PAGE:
Much of the show hinges on Burns, and the attempt at a rambunctious yet still appealing and three-dimensional man requires an injection of something massive in terms of personality and gaul. And Elijah Aspinall is just lacking in the presence to breathe life into the Bard and fumbles over the tremendously difficult notion of dragging his spirit (kicking and screaming) into the contemporary world of instant communications, pleather, and memes. The crux of the matter is that under Diane Aspinall’s direction, the man they attempt to dress in the rags of suave and misunderstood anxieties comes over as brash, arrogant, and thoroughly unlikeable.
There’s additional disconnection from an opportunity to breathe life and understanding into the (many) women in Burn’s life. From his mother to Jean, to Meg, Jenny, and the many other ‘distractions’, there’s a strong presence of women onstage – from the ensemble performers and storytellers to the lead cast outside Aspinall. Giving it their all, Lucy Tindall’s Meg O’Shanter takes much of the show’s reigns to drive the momentum forward and hit the comedic notes to keep what remains of our attention drawn – even performing an exceptionally unexpected cowboy pop number.
Bryony Munro has a much harsher task, Tindall’s script strips Jean Armour’s agency away, pushing her into an archaic nagging character, the whole show finding difficulty crafting these women as characters outside of Burn’s pull. Munro, Amie McWilliam and Elizabeth McNally lend their vocals to Tindall’s composition fine, and there’s certainly a degree of interest in the show’s musical structure which needs a lot of work before it should be on the Playhouse stage.
The majesty of good poetry is knowing when words aren’t necessary – something Tindall’s script overcompensates. There’s promise here which is tossed aside for self-aggrandising bloat. When reciting Tam O’ Shanter, Aspinall is offered the opportunity to flex their determination and perform as the recognisable Burns – and the entire thing is drowned out by the composition, the nonsensical lyrics, and the choreography which all mingle together in a less-than-appealing cacophony of poor direction and sound design. Frequently Aspinall’s line delivery is beaten-down with loud acoustics or cut short by a quip from Tindall’s narration corner. And by the same merit – genuine moments of humour or potential are trampled over by sudden lyrics or musical cues.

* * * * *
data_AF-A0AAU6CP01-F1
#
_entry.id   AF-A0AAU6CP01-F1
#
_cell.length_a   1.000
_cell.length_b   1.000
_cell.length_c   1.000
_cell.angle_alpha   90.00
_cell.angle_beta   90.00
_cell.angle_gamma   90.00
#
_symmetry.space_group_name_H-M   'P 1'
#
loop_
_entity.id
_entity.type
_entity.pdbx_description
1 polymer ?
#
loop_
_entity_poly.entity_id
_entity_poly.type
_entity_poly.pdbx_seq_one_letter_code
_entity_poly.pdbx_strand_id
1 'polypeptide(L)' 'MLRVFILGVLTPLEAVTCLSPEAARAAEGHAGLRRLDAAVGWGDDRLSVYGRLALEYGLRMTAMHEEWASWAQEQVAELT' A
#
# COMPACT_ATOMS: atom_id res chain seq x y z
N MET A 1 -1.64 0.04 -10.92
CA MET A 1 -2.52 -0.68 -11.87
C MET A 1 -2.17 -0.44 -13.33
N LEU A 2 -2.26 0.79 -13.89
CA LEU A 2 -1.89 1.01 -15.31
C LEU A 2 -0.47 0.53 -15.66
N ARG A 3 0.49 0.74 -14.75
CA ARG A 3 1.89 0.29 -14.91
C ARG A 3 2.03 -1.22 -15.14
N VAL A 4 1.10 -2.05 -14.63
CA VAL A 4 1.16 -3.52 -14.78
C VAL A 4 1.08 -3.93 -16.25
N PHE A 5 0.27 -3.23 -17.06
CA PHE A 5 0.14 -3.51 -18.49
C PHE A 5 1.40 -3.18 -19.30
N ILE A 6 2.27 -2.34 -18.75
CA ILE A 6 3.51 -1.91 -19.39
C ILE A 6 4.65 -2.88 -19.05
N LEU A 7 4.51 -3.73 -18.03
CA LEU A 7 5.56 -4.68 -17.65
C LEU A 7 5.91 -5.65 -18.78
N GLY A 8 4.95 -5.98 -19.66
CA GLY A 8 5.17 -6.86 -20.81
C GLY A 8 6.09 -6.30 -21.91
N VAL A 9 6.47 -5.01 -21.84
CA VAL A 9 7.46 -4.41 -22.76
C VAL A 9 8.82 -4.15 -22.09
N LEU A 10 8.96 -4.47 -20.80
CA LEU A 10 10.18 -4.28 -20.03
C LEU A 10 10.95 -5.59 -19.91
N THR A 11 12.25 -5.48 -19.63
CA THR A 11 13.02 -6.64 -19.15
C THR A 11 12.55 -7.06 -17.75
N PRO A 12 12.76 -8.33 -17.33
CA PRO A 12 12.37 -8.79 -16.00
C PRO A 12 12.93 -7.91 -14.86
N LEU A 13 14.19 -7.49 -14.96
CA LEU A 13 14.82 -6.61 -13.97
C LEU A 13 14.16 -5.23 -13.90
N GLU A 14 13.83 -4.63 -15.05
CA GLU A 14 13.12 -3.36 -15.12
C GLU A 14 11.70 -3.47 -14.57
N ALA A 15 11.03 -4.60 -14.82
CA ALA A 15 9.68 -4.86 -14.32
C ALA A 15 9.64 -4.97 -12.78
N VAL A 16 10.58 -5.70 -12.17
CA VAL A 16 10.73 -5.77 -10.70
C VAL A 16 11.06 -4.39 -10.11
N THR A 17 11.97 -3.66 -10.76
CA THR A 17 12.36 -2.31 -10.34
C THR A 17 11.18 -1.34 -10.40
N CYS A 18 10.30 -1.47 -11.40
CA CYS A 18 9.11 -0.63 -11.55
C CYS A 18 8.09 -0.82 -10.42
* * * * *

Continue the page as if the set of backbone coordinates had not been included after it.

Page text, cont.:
The work of Robert Burns inspires. For his personal faults, his work lays the foundations for those to build from, even perfect, and charter their own creations. To know that his words echo through centuries to align with another should, if anything, be a compliment. But what Burns achieves is Shortbread tin culture. Something likely to be ravenously devoured by audiences further afield but on the home ground raises more than an eyebrow, and indeed, likely puts many audiences off their supper.
A Shortbread Tin Musical
Burns runs at the Edinburgh Playhouse until January 21st.
Further information about the production and Tindall’s other shows may be obtained here.